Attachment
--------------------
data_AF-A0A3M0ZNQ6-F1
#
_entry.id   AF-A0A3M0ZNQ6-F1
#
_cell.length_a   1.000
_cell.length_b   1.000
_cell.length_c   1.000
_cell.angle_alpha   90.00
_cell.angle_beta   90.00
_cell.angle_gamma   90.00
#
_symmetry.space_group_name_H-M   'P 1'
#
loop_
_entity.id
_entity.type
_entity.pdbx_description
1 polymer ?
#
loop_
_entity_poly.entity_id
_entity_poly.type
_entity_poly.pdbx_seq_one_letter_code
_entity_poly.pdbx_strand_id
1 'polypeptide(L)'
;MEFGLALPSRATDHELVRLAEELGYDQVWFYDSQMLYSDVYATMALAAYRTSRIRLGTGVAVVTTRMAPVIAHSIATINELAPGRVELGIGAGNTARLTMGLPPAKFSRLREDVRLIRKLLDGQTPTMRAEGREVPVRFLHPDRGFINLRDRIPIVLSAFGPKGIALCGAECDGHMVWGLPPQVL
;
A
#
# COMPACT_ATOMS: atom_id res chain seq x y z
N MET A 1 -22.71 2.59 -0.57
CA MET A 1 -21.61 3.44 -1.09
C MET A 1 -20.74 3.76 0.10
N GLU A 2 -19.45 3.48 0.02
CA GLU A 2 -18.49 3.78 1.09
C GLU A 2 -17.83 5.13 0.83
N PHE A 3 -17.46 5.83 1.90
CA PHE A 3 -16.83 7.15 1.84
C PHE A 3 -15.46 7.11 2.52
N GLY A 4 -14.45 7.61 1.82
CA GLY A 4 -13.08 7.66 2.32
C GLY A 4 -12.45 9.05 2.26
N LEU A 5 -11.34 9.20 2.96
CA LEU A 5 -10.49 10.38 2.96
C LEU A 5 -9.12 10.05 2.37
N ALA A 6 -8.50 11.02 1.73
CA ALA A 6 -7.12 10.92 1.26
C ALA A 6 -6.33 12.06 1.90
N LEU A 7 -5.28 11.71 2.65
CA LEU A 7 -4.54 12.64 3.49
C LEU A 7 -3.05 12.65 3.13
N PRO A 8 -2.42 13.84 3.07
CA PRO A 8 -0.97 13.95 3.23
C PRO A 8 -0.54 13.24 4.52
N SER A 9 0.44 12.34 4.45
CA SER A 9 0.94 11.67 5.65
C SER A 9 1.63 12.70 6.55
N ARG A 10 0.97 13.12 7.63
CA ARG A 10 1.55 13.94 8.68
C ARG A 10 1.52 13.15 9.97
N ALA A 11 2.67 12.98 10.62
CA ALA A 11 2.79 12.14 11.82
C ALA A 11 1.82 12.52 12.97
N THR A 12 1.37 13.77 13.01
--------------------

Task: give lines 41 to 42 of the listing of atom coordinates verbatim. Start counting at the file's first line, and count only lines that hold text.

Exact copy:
CA GLY A 4 -13.08 7.66 2.32
C GLY A 4 -12.45 9.05 2.26